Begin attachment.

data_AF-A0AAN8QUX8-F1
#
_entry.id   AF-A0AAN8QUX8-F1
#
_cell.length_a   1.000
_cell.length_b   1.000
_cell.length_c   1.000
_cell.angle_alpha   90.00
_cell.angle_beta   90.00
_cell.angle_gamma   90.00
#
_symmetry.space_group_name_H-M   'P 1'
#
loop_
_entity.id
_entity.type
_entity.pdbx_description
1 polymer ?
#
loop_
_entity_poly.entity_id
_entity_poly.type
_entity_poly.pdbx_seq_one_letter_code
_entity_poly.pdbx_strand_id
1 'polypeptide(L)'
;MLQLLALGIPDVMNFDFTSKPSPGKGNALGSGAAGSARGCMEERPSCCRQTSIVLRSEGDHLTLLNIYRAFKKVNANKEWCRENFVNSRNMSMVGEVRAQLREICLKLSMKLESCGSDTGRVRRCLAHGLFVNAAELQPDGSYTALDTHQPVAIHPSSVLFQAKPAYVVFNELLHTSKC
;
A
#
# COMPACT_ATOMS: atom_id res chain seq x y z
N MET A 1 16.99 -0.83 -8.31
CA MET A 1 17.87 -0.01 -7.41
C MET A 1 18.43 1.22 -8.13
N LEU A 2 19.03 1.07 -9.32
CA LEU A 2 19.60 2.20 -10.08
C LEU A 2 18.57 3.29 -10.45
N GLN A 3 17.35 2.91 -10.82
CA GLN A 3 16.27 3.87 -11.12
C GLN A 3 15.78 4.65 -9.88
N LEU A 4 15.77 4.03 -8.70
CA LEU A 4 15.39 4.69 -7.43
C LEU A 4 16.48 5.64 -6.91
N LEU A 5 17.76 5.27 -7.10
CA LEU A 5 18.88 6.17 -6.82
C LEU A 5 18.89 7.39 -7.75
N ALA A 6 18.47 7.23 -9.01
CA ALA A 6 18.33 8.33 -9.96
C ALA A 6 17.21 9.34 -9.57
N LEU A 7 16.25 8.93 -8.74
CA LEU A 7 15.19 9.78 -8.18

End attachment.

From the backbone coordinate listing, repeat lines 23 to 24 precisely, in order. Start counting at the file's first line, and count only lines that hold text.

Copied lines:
_entity_poly.pdbx_seq_one_letter_code
_entity_poly.pdbx_strand_id